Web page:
Millions of people attend college courses, certification programs, or outside classwork to develop the skills they need to build a successful career, but not all students are equally successful. Of course, that word—success—has multiple definitions; you could define success purely in terms of the grades you get, in terms of what career you’re able to build when you’re done, or based on how much you take away from your actual classes.
But no matter how you define success, there are some types of students that end up achieving them easier or more frequently than others. So what makes these “successful” academics different?
How Successful Academics Think Differently
Much comes down to how these students think and conceptualize the academic process.
1. They set specific and actionable goals. First, they understand the importance of goal setting in an academic environment. They aren’t there simply because they feel they have to be, and aren’t just doing what other people tell them to do. Instead, they set their own goals and make them specific, actionable, and measurable. For example, they may aim to graduate with a specific degree by a certain timeframe, and break that goal down into different classes, with structured goals for each one. This keeps them driven, focused, and most of all, accountable for their actions.
2. They plan for the future over the present. Successful students also tend to prioritize the future over the present. This is a fundamental philosophy that allows them to approach work differently; for example, they might work on an end-of-semester essay at the beginning of a semester, because they know it’s going to save them time in the long run. They’ll also forgo present-focused experiences, like parties and indulgences, over future-focused ones, like studying and preparing.
3. They make sustainable habits. Most students procrastinate, but the most successful students make sustainable, repetitive habits. Instead of planning to stay up all night the night before an exam, these students dedicate 30 minutes a night to studying in the weeks leading up to the exam. They’re consistent and committed, and end up spending less total time working as a result—plus, they end up with higher retention levels, and are less stressed by the end of the semester.
4. They aren’t afraid to communicate with peers and professors. Some people view their classes as an individual experience; after all, they’re the ones getting the grade. But any class you take should be viewed as a collaborative experience; the more you communicate with your classmates and professors, the more successful you stand to be. If you don’t understand something, ask a question. If you need help studying, try to form a group. Even commiserating about the experience of writing a long essay can be helpful in relieving stress.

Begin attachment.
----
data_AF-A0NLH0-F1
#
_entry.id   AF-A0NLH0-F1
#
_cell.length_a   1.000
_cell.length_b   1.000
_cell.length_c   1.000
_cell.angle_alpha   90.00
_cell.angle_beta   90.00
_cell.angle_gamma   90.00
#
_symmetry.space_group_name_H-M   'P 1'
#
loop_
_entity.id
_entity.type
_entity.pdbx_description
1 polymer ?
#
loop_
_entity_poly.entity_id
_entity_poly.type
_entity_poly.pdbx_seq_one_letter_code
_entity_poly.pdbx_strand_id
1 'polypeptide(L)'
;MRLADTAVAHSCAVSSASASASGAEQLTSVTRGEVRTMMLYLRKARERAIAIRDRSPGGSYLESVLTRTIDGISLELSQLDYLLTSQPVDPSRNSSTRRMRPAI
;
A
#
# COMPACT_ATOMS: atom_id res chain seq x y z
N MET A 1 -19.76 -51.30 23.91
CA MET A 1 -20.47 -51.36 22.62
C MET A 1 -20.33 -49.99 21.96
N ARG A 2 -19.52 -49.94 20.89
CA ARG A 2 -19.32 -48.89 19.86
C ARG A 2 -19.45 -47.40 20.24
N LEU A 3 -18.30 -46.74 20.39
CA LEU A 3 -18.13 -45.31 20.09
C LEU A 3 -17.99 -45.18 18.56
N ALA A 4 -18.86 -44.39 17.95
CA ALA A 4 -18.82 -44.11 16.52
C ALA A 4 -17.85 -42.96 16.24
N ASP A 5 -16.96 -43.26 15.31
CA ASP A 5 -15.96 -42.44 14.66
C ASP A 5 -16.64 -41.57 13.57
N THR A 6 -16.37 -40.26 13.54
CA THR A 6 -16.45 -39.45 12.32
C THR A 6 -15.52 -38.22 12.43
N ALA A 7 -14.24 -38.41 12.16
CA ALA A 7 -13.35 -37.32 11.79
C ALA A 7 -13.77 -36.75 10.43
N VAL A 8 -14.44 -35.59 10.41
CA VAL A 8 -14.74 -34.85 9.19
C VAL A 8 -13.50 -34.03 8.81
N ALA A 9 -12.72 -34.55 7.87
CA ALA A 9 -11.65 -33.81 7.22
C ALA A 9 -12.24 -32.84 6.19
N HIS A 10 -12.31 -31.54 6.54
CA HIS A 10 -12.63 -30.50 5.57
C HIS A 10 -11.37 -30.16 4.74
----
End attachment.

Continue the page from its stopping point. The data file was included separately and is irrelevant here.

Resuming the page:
5. They value skills and knowledge over grades. Successful students often prioritize the skills and knowledge they develop in the classroom over the bottom-line grades they get. Grades are important, to an extent, but it’s usually better to get a “B” in a class and walk away with valuable, retained information, than to get an “A” and walk away with nothing. Incidentally, this prioritization of knowledge over grades usually ends up netting you better grades anyway; you focus on memory and retention, rather than short-term fixes and workarounds.
6. They recognize the value of rest and personal time. This one may surprise you. The most successful academics aren’t the ones who stay up all night studying, never taking breaks; in fact, these are the students who end up burning out the most. Instead, the successful ones are the ones who recognize the value of personal time and rest. They take breaks often, appreciate downtime, and have fun throughout the college experience.
Shaping a New Mentality
One of the problems with these perspective differences is that they aren’t immediately obtainable; for example, some people are naturally inclined to favor the future over the present, while others prefer the present over the future. Still, it’s possible to exert some influence over your own perspectives through sheer force of will. You first need to understand the value of these perspectives, and then work on repeating them to yourself, almost like a mantra. If you commit to the goals and practices associated with each overarching philosophy, eventually you’ll find yourself aligned with it. It takes discipline and commitment, but it’s certainly achievable; any student can become a success.